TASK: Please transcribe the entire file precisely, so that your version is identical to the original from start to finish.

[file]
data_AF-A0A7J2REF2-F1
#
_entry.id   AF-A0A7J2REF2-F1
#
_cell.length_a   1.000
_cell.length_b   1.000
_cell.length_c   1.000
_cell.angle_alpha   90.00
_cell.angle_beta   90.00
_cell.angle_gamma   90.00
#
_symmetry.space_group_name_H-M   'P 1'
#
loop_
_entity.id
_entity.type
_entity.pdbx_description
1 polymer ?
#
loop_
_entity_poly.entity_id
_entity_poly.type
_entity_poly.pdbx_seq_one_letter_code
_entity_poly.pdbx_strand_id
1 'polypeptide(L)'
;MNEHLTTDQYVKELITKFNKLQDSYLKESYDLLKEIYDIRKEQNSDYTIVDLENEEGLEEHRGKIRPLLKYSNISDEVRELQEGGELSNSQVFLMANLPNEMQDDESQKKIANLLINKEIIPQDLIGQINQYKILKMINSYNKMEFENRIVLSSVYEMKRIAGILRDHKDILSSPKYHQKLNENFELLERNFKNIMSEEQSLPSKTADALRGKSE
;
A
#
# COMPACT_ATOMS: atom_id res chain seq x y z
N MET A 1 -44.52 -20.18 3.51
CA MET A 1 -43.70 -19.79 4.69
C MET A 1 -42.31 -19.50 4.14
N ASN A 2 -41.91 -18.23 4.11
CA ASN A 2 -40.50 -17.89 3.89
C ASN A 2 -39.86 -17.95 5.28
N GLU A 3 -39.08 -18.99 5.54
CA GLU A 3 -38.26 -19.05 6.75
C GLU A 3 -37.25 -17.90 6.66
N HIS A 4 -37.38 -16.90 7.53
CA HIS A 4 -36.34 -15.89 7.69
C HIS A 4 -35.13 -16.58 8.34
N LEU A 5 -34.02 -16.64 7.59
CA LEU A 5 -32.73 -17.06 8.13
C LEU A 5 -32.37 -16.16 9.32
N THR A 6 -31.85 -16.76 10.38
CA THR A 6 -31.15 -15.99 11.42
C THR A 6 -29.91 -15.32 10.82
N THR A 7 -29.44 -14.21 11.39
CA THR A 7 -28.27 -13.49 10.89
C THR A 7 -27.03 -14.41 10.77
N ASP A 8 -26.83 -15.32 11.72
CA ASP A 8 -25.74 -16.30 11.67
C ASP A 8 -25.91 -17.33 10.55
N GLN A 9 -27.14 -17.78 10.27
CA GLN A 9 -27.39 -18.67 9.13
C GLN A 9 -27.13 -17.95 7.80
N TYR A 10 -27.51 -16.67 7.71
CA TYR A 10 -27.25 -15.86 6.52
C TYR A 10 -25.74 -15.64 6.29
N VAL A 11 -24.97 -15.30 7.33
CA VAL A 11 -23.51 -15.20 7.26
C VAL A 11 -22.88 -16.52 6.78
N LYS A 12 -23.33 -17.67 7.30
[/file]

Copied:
data_AF-A0A7J2REF2-F1
#
_entry.id   AF-A0A7J2REF2-F1
#
_cell.length_a   1.000
_cell.length_b   1.000
_cell.length_c   1.000
_cell.angle_alpha   90.00
_cell.angle_beta   90.00
_cell.angle_gamma   90.00
#
_symmetry.space_group_name_H-M   'P 1'
#
loop_
_entity.id
_entity.type
_entity.pdbx_description
1 polymer ?
#
loop_
_entity_poly.entity_id
_entity_poly.type
_entity_poly.pdbx_seq_one_letter_code
_entity_poly.pdbx_strand_id
1 'polypeptide(L)'
;MNEHLTTDQYVKELITKFNKLQDSYLKESYDLLKEIYDIRKEQNSDYTIVDLENEEGLEEHRGKIRPLLKYSNISDEVRELQEGGELSNSQVFLMANLPNEMQDDESQKKIANLLINKEIIPQDLIGQINQYKILKMINSYNKMEFENRIVLSSVYEMKRIAGILRDHKDILSSPKYHQKLNENFELLERNFKNIMSEEQSLPSKTADALRGKSE
;
A
#
# COMPACT_ATOMS: atom_id res chain seq x y z
N MET A 1 -44.52 -20.18 3.51
CA MET A 1 -43.70 -19.79 4.69
C MET A 1 -42.31 -19.50 4.14
N ASN A 2 -41.91 -18.23 4.11
CA ASN A 2 -40.50 -17.89 3.89
C ASN A 2 -39.86 -17.95 5.28
N GLU A 3 -39.08 -18.99 5.54
CA GLU A 3 -38.26 -19.05 6.75
C GLU A 3 -37.25 -17.90 6.66
N HIS A 4 -37.38 -16.90 7.53
CA HIS A 4 -36.34 -15.89 7.69
C HIS A 4 -35.13 -16.58 8.34
N LEU A 5 -34.02 -16.64 7.59
CA LEU A 5 -32.73 -17.06 8.13
C LEU A 5 -32.37 -16.16 9.32
N THR A 6 -31.85 -16.76 10.38
CA THR A 6 -31.15 -15.99 11.42
C THR A 6 -29.91 -15.32 10.82
N THR A 7 -29.44 -14.21 11.39
CA THR A 7 -28.27 -13.49 10.89
C THR A 7 -27.03 -14.41 10.77
N ASP A 8 -26.83 -15.32 11.72
CA ASP A 8 -25.74 -16.30 11.67
C ASP A 8 -25.91 -17.33 10.55
N GLN A 9 -27.14 -17.78 10.27
CA GLN A 9 -27.39 -18.67 9.13
C GLN A 9 -27.13 -17.95 7.80
N TYR A 10 -27.51 -16.67 7.71
CA TYR A 10 -27.25 -15.86 6.52
C TYR A 10 -25.74 -15.64 6.29
N VAL A 11 -24.97 -15.30 7.33
CA VAL A 11 -23.51 -15.20 7.26
C VAL A 11 -22.88 -16.52 6.78
N LYS A 12 -23.33 -17.67 7.30